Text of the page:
Are there known examples of finitely generated groups $G$ and $H$ that are quasi-isometric but do not admit finite-index subgroups $G'<G$ and $H'<H$ such that both $G'$ and $H'$ admit proper and cocompact actions on the same geodesic metric space $X$?

For context: it is known and not hard to see that groups are quasi-isometric

  1. if one has finite index in the other, or
  2. if both act properly and cocompactly on the same geodesic metric space.

and (1) is really a special case of (2).

So one could say that $G$ and $H$ are elementarily quasi-isometric if they admit $G'<G$ and $H'<H$ as above and ask whether any two quasi-isometric groups are elementarily quasi-isometric. Surely the answer is "no" and the initial question is about known counterexamples.

Additional challenges:

  • Can the groups be taken to be of type $F$ (or, say, finitely presented, torsion-free)?
  • Being "elementarily quasi-isometric" is not (obviously) a transitive relation. Can the groups be taken to not be related even by the transitive closure (= the transitive closure of (2))?
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    $\begingroup$ If I've understood your question correctly, this was answered very recently by Stark and Woodhouse: arxiv.org/abs/1711.05026 . $\endgroup$
    – HJRW
    Dec 1, 2017 at 13:55
  • 1
    $\begingroup$ Anecdote: I asked the question of finding a pair of non-commable QI f.g. groups in a 2012 version of my quasi-survey arxiv.org/abs/1212.2229. I gave Baumslag-Solitar groups as potential candidates, and asked the question in the Spa conference in 2013 (java.ugent.be/lcg). Very soon after, Mathieu Carette and Romain Tessera provided me an example with a proof, namely (2) of my answer below, but since they didn't write it down, I did so in the 3rd (June 2016) version of the quasi-survey. (This answers the question in its strong form [not in the transitive closure of "elementary QI"]) $\endgroup$
    – YCor
    Dec 1, 2017 at 23:38
  • $\begingroup$ @HJRW: that result was actually the starting point for the question; but they don't show that the groups don't virtually have a common model (their classes of spaces are not closed under finite covers). $\endgroup$ Dec 4, 2017 at 7:59

3 Answers 3


The question was already answered by ThiKu and YCor. I am adding this just to make a conceptual remark.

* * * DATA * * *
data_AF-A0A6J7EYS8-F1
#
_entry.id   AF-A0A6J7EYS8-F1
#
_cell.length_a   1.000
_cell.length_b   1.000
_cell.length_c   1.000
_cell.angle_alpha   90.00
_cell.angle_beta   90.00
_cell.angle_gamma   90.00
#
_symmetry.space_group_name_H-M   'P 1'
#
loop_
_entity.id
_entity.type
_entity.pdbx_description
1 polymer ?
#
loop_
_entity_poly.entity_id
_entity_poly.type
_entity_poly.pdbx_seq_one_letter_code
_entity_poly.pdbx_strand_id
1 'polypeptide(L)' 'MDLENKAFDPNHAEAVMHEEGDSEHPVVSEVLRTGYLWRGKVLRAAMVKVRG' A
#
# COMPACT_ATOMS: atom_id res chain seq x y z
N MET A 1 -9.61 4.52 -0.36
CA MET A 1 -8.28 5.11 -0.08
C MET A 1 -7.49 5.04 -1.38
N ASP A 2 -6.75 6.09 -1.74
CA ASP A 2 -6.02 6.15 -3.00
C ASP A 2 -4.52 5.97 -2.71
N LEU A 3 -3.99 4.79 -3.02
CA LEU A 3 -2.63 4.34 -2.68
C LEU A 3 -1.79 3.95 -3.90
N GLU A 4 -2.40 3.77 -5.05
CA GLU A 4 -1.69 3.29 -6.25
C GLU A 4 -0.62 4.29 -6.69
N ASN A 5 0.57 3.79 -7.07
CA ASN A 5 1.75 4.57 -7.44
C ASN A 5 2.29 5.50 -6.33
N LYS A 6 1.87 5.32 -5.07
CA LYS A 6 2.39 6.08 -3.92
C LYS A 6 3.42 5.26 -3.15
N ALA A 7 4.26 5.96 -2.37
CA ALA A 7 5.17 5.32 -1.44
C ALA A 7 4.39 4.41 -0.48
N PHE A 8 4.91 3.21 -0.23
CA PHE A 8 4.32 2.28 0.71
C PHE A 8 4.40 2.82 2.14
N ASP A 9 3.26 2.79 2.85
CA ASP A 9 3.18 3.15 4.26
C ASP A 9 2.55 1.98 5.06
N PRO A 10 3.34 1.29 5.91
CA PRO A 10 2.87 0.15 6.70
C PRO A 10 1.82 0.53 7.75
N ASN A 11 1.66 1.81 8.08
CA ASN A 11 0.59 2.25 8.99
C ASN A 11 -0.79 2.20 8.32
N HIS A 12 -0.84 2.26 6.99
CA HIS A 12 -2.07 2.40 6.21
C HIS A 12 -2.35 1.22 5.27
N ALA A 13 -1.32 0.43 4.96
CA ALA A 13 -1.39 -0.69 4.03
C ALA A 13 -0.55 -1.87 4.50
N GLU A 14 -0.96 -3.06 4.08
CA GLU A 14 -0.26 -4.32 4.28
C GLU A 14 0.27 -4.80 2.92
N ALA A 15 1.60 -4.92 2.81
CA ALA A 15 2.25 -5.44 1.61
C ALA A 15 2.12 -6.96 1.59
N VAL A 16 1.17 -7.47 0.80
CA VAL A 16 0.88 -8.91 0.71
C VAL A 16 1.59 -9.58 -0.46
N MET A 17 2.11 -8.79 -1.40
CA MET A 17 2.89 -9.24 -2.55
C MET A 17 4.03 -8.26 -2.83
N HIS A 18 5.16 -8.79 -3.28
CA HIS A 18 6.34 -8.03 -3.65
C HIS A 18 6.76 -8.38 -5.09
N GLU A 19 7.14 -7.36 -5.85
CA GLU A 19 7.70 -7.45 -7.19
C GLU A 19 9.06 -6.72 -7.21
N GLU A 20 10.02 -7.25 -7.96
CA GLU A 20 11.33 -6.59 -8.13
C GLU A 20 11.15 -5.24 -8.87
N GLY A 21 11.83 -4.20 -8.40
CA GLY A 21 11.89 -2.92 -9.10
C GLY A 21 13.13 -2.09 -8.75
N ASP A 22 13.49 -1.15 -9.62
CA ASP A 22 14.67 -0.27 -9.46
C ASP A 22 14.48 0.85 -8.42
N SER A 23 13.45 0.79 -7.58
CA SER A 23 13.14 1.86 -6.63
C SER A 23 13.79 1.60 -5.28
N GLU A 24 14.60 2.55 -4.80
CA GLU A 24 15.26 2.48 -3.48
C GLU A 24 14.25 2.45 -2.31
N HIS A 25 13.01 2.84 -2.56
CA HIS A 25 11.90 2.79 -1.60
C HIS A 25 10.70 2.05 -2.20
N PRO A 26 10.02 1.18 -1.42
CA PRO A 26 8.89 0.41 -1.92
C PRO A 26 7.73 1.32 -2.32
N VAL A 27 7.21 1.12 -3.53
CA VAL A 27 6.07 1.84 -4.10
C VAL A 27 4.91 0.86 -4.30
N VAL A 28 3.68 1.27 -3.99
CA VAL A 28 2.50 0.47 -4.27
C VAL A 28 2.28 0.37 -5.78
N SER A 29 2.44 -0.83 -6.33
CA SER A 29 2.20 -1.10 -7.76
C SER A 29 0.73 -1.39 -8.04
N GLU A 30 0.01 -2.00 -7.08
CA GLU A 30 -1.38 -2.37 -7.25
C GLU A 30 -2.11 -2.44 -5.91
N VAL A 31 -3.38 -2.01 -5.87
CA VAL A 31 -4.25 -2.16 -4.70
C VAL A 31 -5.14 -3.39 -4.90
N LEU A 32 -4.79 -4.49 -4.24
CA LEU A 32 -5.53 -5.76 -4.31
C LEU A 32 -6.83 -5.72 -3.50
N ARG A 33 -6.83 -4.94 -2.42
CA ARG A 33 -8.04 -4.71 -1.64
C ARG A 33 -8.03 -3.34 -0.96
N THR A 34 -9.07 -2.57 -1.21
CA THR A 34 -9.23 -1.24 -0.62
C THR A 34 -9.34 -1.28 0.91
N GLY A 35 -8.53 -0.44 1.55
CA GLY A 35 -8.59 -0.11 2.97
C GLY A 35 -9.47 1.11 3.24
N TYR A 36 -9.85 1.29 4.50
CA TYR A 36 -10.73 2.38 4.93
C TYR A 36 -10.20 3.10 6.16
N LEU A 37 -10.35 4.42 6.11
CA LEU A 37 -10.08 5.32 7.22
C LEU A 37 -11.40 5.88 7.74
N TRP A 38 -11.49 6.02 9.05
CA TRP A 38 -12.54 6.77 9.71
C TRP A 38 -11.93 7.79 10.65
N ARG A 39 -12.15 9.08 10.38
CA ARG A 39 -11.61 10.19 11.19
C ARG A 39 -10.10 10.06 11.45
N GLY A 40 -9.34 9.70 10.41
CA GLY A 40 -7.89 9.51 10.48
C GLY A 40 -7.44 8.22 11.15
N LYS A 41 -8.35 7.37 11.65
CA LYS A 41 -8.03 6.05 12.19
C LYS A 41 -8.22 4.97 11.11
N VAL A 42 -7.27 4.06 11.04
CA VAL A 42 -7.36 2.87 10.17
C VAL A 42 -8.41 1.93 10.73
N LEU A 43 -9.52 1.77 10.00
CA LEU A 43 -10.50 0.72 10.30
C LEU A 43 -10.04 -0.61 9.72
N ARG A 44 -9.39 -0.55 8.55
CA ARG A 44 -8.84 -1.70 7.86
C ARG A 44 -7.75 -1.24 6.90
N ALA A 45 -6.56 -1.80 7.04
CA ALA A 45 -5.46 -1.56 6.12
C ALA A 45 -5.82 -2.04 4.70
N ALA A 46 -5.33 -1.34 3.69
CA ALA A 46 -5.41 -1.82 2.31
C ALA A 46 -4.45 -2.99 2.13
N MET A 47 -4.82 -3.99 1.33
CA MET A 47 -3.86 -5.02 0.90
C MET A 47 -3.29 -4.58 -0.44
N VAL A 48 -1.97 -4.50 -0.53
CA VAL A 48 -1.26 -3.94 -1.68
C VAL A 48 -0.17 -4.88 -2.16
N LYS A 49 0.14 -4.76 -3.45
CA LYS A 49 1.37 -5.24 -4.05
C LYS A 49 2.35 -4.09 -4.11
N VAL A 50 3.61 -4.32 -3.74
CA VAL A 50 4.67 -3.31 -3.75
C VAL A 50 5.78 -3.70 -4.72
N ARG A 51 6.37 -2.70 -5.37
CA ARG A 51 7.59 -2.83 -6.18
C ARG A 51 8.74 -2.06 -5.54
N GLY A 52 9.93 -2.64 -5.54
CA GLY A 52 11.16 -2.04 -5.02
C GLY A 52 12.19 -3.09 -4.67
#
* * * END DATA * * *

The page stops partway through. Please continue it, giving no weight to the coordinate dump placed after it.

The OP asks about groups which are QI, but not in an "elementary fashion". As YCor pointed out in his answer, if $G$ acts properly and cocompactly on a geodesic metric space $X$ then it could be seen as a cocompact lattice in the (locally compact group) of isometries of $X$. It thus makes sense to extend our notion of "elementary-ness" as follows:

Definition: Two groups are elementary equivalent if they are in the relation (E) which is the transitive closure of the relation "being cocompact lattices in the same locally compact group".

Finding groups which are QI but not E will answer the OP question. Still, the relation E is defined in a non explicit way. It makes sense to extend it. That is, to find a courser equivalence relation that contains it, and is easier to handle. A good example is the following:

Definition: Two groups are Measure Equivalent (ME) if they act on an infinite measure space, preserving the measure, the actions commute and each has a finite fundamental domain.

The exact relationship between QI and ME is tricky. Both contain the relation E defined above, but none include the other. However, it is not hard to see that property (T) is an ME invariant (this is Corollary 1.4 in Furman's paper), while it is possible for a (T) group to be QI to a non-(T) group. For an example, see (1) in YCor's answer. This example thus addresses all OP's challenges.

The relation ME admits various refinements called ME$^p$, where $1\leq p\leq \infty$ refers to some inegrability property of an associated function (the norm of the rearrangement cocycle). Again, these are all natural equivalence relation containing E. In Theorem 1.1 of Das-Tessera's paper it is shown that the groups given by ThiKu in his answer are not ME$^p$. Again, it follows that they are not E.

  • $\begingroup$ ThiKu's answer was only complete after your contribution :) $\endgroup$
    – YCor
    Dec 2, 2017 at 17:02

A potential pair of candidates might be $$\pi_1\Sigma_g\times{\mathbf Z}\mbox{ and }\pi_1(T_1\Sigma_g)$$ for a closed surface $\Sigma_g$ and its unit tangent bundle $T_1\Sigma_g$.

According to https://www.intlpress.com/site/pub/files/_fulltext/journals/cag/2001/0009/0002/CAG-2001-0009-0002-a001.pdf

it was observed by Epstein, Gersten, and Mess that any extension of a Fuchsian group by ${\mathbf Z}$ is quasi-isometric to ${\mathbf H}^2 \times {\mathbf R}$, and such extensions are typically not finite extensions of lattices in $Isom({\mathbf H}^2 \times {\mathbf R})$.

Of course that does not yet prove that these groups do not act simultaneously on any other space...

  • 1